One of the most difficult parts of re-entering society for convicted felons can be finding a way to earn a paycheck, but an upcoming job fair focused on those men and women will focus specifically on that barrier to employment.
The New Life Job Fair, sponsored by the city of Chattanooga, the American Job Center and Father to the Fatherless, is scheduled for Thursday and Friday. Its organizers believe it offers a necessary opportunity to ex-offenders trying to just make it through tomorrow.
"I spoke to a young man one day and he reported that he spent two years in jail, but he feels like he got a life sentence due to not being able to be gainfully employed due to a felony on his record," said Troy Rogers, the city's public safety coordinator.
"That has been the motivation behind us doing these job fairs."
What: New Life Job Fair
Where: American Job Center, Eastgate Town Center, 5600 Brainerd Road
When: Thursday, 8 a.m.-4 p.m., and Friday, 10 a.m.-1 p.m.
How much: Free
The fair itself will be held at the American Job Center on Friday from 10 a.m. to 1 p.m., but participants must attend a prep session the day before.
There, they will be coached through resume building, interview skills and proper dress, among other things. The hope is attendees will glean lifelong skills that can help those who see no way forward.
"It's essential to have these events because we must offer hope to the ones who are hurting. We are in times where we need to be compassionate and think out of the box," Rogers said.
"This is our third one and they have been very successful overall. We are very intentional about getting better every time and serving our community with maximum effort."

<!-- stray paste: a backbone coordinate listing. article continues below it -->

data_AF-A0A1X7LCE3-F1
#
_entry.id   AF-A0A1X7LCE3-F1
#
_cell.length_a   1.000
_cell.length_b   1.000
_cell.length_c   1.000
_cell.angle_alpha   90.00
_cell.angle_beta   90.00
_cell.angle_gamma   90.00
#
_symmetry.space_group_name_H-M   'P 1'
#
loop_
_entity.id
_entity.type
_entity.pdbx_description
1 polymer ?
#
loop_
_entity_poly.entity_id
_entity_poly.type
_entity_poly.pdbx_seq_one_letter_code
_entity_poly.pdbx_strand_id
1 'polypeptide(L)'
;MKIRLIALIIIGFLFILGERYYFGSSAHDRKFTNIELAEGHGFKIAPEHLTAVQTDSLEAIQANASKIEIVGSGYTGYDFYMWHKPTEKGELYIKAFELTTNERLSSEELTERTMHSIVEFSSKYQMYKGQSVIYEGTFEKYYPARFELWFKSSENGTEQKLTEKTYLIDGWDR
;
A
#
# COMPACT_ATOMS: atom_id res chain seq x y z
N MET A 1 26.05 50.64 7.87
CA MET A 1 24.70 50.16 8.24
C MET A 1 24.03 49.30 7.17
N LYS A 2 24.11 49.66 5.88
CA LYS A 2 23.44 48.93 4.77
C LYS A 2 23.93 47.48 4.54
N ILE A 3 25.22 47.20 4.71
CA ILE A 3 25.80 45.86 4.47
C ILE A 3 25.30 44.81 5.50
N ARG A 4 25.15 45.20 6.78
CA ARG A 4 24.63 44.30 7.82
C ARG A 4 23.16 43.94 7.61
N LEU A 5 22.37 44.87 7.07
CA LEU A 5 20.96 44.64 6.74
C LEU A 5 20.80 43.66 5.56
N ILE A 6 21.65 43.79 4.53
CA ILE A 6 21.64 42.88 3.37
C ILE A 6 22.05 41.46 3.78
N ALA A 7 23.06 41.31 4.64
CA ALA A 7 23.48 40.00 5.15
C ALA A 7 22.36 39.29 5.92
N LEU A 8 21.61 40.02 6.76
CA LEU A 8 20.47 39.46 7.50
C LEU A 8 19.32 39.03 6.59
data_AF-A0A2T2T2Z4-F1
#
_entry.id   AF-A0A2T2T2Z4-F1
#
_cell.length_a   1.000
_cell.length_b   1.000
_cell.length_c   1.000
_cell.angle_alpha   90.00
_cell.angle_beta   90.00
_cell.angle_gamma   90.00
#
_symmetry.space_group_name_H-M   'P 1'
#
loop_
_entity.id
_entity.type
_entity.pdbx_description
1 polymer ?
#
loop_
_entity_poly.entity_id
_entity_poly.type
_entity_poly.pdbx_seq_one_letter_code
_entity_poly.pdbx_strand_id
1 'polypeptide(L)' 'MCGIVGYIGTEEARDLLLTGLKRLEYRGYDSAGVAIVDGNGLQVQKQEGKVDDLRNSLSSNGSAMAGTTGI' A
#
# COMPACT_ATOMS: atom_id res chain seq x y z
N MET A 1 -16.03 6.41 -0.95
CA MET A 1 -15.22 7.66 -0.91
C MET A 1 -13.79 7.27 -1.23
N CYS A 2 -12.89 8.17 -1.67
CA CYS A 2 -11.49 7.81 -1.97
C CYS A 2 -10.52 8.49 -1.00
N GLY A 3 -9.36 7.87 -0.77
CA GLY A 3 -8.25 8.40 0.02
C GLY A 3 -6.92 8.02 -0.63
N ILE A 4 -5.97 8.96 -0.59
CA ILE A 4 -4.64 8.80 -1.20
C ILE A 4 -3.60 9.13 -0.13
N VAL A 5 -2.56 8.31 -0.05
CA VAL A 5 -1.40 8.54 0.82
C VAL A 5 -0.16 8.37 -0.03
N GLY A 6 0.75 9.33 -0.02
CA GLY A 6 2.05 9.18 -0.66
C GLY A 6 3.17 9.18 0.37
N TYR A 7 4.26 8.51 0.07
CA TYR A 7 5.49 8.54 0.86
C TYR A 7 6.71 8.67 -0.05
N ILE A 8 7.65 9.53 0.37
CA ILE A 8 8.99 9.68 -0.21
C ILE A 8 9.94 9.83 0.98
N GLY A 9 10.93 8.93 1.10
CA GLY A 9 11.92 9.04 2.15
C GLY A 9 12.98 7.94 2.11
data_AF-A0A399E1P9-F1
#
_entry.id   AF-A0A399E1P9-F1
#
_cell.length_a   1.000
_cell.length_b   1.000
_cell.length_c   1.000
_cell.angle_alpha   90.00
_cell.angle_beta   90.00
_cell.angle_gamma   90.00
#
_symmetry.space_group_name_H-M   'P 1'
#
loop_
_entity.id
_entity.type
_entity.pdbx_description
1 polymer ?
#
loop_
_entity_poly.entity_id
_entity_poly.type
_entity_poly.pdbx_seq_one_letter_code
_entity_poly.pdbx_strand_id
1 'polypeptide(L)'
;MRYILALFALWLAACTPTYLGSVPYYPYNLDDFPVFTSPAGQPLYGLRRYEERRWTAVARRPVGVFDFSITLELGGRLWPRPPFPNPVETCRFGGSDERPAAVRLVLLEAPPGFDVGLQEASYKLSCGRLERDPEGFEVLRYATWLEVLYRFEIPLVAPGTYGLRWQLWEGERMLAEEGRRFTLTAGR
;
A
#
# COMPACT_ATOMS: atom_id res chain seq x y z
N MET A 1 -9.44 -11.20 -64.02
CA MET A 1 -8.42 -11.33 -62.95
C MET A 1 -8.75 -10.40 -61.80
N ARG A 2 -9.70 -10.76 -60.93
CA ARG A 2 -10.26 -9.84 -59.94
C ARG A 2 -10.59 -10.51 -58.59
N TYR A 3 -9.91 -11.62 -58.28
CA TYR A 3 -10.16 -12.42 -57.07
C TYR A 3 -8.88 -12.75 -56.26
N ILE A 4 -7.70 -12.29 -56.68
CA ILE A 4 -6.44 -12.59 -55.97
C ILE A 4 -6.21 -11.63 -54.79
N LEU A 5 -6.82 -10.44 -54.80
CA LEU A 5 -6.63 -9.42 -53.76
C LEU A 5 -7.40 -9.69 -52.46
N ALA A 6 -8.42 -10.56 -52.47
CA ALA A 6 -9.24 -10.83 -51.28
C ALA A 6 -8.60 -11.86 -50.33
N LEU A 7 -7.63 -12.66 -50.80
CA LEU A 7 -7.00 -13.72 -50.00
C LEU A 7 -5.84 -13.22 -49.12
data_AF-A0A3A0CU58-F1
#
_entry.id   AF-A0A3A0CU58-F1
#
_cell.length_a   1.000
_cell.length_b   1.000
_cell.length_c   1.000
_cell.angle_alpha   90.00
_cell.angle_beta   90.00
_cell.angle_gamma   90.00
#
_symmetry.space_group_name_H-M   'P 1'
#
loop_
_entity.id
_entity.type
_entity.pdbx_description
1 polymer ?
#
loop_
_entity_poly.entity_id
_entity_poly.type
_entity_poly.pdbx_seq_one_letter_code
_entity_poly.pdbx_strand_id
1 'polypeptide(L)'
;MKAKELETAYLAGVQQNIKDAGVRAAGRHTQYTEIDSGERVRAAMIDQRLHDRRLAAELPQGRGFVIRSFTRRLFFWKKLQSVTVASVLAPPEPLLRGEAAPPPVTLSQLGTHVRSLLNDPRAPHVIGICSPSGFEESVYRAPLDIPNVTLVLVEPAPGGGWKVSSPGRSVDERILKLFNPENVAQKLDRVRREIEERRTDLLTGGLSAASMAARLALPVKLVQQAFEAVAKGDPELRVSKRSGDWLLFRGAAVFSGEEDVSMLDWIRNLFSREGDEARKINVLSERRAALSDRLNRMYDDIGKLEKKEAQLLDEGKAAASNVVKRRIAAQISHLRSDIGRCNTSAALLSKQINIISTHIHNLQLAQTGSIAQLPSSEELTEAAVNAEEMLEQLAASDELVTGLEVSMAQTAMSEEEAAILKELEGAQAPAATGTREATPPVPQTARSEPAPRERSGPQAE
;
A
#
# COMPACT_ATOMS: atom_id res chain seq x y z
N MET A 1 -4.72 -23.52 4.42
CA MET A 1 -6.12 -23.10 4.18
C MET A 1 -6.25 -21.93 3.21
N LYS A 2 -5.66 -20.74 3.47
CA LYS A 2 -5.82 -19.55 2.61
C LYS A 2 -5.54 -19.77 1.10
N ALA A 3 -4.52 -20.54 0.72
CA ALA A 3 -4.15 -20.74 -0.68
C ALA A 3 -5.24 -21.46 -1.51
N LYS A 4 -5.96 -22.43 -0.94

Ladarius Watson is among dozens of ex-offenders who found jobs through previous fairs. Watson works as a delivery driver for Niedlov's Breadworks.
He's been on the job now for several months and said he'd recommend the fair to anyone with a criminal history looking for a way to put food on the table.
"I walked in and they introduced me to everybody," he said. "They took us into a classroom where they split us up and taught us how to speak in a job interview as well as other things in life.
"It kind of gave us a different mindset on how to approach a job interview."
Watson said he made a connection with a community leader who was willing to vouch for him on a job application, with a caveat.
"He said, 'If I put my name on the line for you, you need to show out and turn up,'" Watson said. "He was telling me the importance of doing what I needed to do."
Working at Niedlov's has been a gratifying experience, Watson said, partly because of the welcoming work environment he walked into. Before he began there, he was rejected from one company after another because of his past.
"Before I even had an interview, they would turn me down. They'd say, 'You can't do it because you're a felon,'" he said. "We all make mistakes. We made a mistake and we broke the law, but for us to rehabilitate, we need some type of income to provide for ourselves and our families."
Offenders who don't find a way into the legal job market may turn to other, illicit sources of income.
"If you don't get a job, you get a different mindset. I've got to provide, I've got to do something to provide for my family," he said. "You go back to robbing, you go back to dealing drugs. You go back to doing whatever you know to do to provide."
Don Green, executive director of the law enforcement innovation center at the University of Tennessee-Knoxville, said events such as this week's job fair can be an essential part of connecting people to a law-abiding lifestyle.
"Not to generalize, but money is always a deciding factor as to why some enter a criminal lifestyle, either to have a better lifestyle or to support a drug habit," he wrote in an emailed statement. "Helping those re-entering a 'normal' routine find an appropriate job that provides for basic needs is essential. Not just rent, transportation, food or clothes but also self esteem as to their worth."
"Being able to do a resume, interview or dress for a job helps them toward becoming productive in our communities and reduces recidivism."
Spots are still available for ex-offenders interested in exploring career options. Call 423-643-6702 for more information. Attendees are encouraged to come early to get the first opportunity at being hired.
Contact staff writer Emmett Gienapp at firstname.lastname@example.org or 423-757-6731. Follow him on Twitter @emmettgienapp.